Brother Mud and Sister Blister

By Lizzie, 15, Penrith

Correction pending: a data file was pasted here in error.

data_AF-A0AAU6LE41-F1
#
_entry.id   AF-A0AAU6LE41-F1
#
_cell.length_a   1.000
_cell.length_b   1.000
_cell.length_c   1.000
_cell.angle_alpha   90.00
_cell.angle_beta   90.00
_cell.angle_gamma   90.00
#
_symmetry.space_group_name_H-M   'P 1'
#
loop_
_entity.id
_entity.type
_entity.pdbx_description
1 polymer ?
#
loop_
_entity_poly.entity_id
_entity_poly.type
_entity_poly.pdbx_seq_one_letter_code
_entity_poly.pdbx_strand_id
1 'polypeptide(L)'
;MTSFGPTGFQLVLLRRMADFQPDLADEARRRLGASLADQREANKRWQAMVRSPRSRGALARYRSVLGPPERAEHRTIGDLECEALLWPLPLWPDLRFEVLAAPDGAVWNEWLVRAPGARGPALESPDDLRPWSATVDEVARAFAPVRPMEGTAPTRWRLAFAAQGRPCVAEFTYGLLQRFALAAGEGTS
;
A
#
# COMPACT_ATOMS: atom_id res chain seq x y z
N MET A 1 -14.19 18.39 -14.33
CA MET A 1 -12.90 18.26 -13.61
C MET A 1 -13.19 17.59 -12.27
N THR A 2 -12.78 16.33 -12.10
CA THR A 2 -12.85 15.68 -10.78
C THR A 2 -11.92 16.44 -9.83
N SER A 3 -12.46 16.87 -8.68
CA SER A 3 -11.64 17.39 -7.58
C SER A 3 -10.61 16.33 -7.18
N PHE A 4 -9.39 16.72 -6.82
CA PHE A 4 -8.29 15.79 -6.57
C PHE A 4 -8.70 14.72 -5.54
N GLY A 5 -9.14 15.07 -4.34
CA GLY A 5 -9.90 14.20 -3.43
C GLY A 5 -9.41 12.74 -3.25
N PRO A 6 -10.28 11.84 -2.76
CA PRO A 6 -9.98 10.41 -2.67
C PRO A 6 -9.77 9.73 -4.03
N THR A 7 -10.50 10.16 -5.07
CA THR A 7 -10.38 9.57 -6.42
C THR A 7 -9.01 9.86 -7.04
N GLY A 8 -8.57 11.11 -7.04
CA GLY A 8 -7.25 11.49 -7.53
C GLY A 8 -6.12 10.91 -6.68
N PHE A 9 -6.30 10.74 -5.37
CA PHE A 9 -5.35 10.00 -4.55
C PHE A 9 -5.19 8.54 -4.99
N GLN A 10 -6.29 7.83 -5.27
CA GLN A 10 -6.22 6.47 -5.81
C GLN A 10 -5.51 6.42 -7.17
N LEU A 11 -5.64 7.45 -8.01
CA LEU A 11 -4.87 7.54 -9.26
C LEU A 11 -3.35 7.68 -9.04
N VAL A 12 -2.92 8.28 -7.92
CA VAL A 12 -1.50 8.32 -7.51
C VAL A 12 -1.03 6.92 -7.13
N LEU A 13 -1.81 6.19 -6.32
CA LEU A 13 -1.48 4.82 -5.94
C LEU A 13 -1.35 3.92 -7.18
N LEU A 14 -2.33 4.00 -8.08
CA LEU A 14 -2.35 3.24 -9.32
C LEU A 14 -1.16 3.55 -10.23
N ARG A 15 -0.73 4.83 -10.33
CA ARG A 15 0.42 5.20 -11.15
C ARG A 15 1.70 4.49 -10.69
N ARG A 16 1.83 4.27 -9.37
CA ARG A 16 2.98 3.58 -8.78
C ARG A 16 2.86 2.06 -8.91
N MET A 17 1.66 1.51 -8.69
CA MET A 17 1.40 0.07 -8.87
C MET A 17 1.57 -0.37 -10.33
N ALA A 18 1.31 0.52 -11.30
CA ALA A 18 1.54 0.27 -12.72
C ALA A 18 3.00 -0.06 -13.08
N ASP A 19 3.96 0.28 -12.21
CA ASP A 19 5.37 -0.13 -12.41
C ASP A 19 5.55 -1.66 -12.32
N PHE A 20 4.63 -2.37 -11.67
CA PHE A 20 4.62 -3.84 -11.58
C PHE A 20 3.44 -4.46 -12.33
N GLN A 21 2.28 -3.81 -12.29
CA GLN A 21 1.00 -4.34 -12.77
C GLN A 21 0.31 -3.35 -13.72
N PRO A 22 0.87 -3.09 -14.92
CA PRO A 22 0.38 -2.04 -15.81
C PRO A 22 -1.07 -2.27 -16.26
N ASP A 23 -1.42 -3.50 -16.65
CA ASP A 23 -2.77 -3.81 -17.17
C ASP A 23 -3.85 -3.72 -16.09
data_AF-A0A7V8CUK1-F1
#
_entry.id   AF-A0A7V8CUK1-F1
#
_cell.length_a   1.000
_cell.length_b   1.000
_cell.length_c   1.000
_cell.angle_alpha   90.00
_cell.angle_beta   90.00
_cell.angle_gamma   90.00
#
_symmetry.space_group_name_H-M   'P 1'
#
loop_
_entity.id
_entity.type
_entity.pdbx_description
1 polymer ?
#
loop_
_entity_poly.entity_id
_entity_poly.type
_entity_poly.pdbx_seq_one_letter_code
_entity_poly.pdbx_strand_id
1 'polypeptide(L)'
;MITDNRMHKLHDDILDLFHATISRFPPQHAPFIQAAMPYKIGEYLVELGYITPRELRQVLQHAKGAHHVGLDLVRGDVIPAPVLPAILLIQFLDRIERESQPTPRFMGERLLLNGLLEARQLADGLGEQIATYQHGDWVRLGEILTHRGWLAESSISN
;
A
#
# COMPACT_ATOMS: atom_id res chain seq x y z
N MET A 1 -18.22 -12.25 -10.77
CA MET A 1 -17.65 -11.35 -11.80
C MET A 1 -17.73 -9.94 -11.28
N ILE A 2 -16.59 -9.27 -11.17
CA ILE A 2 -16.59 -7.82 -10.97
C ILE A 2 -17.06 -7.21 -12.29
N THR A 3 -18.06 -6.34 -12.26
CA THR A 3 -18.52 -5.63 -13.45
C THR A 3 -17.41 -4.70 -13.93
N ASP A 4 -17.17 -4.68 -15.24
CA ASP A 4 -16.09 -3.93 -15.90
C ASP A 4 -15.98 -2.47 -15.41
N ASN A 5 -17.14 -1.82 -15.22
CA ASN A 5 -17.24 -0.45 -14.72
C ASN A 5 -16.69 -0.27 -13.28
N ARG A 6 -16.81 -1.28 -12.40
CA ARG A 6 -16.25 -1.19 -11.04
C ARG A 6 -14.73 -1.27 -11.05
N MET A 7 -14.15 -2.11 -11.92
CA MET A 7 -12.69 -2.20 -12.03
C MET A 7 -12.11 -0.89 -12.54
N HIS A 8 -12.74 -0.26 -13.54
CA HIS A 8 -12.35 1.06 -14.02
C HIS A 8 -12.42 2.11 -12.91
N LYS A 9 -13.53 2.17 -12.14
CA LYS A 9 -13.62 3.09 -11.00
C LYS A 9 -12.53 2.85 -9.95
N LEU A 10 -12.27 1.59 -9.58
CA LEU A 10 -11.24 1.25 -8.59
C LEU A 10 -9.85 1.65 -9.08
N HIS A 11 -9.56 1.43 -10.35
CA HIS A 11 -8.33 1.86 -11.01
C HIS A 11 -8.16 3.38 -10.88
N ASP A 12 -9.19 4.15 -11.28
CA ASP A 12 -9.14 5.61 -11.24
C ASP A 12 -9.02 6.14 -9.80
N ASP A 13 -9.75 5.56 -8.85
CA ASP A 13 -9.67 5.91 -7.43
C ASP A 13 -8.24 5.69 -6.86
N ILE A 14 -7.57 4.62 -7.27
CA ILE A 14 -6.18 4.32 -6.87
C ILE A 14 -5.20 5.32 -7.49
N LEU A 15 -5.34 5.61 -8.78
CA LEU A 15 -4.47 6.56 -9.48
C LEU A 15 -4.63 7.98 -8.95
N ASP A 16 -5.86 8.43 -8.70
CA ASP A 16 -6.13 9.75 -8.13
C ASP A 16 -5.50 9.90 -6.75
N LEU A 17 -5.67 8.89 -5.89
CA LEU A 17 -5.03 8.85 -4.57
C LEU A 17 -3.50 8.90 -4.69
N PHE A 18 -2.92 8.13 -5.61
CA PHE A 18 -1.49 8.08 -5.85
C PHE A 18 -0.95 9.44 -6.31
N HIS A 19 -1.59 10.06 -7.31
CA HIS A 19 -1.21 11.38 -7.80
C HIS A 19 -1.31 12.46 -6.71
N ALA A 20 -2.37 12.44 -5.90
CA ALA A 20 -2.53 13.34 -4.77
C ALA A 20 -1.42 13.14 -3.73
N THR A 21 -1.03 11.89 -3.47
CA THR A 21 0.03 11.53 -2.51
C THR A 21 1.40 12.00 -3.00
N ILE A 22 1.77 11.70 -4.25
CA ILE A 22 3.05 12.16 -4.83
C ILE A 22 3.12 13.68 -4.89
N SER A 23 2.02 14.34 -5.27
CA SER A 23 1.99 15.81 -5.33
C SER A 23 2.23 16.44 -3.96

Over the Pentecost weekend, one hundred British pilgrims and I joined thousands of Catholics in an epic journey across France from Notre Dame de Paris to Notre Dame de Chartres. The 70 mile walk took us two and a half days to complete and these were filled with songs, prayers, Masses and lots of sun. While walking along in the British chapter, carrying the banners of St Alban and Our Lady of Walsingham as well as several Union Jacks, we bonded over sore feet and steadfast determination to reach our goal. We were given several upliftingmeditations a day encouraging us to live life like the saints and, as Saint Francis would have done, learn to accept ‘brother mud’ and ‘sister blister’ without complaint. Obviously the experience was a challenge for all but none could refute the fact that it was worth every visit from ‘sister blister’ when we finally reached our goal and marched up the final hill to the cathedral, singing loudly, accompanied by the thunder rolling over our heads. Seeing Chartres cathedral lit by lightning was truly spectacular; I will never forget that final march in the storm. When we settled down for the last Mass of the pilgrimage and the sun broke through the clouds every heart was filled with a happiness and satisfaction that overroad all tiredness. On this pilgrimage we all made firm friends, shared excitement, pain and joy as well as sweets and water. For me one of the best parts is meeting these new people and seeing the thousands of Catholics who all share my beliefs and my faith. We really did all feel like a family and, as a 15 year old girl who grew up in the countryside, it is not often that I experience that feeling. The Chartres pilgrimage is probably the most incredible thing I have done in my life and the experience is so compelling that I am certain I will be back again and again. It brought the faith alive for me and created memories that will never leave. I look forward to next year.